Sofia, behind the Iron curtain. Every night my father and my uncle would listen to BBC Radio and Deutsche Welle. They were cheering and optimistic. After the 8 o’clock news, a bottle of wine would be opened, and I would give a goodnight kiss to two men dreaming of a future without Russian influence. Unfortunately, later that mood would change. COMECON troops had occupied Prague.
Something strange did happen though – the dream was gone, but but not dead. It morphed into hope, a hope, that the Iron curtain was not to stay forever.
There is no Alexander Dubček, no Prague Spring, and no tanks in the streets of Prague. No men are able to fly to the moon during the next four years as well. The Stasi is replaced by video cameras and AI. 50 years ago the books of Nietzsche and Kierkegaard were burning. Now Harriet Beecher Stowe and John Steinbeck are the enemies of liberalism gone wild.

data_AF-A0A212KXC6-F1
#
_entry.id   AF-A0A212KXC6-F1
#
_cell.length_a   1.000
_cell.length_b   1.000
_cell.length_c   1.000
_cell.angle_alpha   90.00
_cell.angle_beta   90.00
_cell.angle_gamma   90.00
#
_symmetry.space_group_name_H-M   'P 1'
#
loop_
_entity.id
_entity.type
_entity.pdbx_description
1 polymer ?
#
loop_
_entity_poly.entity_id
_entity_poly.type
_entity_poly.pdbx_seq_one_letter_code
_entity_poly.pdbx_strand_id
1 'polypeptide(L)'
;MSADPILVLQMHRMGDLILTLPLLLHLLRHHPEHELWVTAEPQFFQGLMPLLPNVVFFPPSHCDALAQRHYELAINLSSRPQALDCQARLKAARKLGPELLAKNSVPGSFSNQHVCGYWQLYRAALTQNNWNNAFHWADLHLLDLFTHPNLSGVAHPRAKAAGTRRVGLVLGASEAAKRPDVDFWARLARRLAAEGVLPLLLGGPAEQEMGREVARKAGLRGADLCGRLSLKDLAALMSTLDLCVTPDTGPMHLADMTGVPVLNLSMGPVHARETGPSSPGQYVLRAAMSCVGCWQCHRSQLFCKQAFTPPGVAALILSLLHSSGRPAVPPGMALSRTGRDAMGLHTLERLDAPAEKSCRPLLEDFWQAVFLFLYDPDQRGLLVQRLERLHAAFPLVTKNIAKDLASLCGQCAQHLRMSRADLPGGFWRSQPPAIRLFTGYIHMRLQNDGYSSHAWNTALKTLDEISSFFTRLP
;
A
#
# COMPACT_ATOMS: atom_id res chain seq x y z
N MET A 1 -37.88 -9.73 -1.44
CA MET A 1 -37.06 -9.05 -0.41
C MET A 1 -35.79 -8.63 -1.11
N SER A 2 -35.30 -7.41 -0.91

There is a saying, that those who cannot remember the past are condemned to repeat it. If we do not remember Prague, its history will repeat – only this time, the consequences will be harsher. During the Prague spring our parents managed to transform fear into determination, sadness into hope, and hate into brotherhood. Now it is our turn to transform greed into caring, indifference into excitement, and abhorrence into tolerance.
Georg Tuparev is born in Sofia, Bulgaria. Prague ’68 is one of his earliest child memories. As a student in Heidelberg (Germany) he joins the Green movement. Many years later in Bulgaria, he actively helps with the establishing the green movement in the country. For many years he is a board member and co-chair of Zelenite.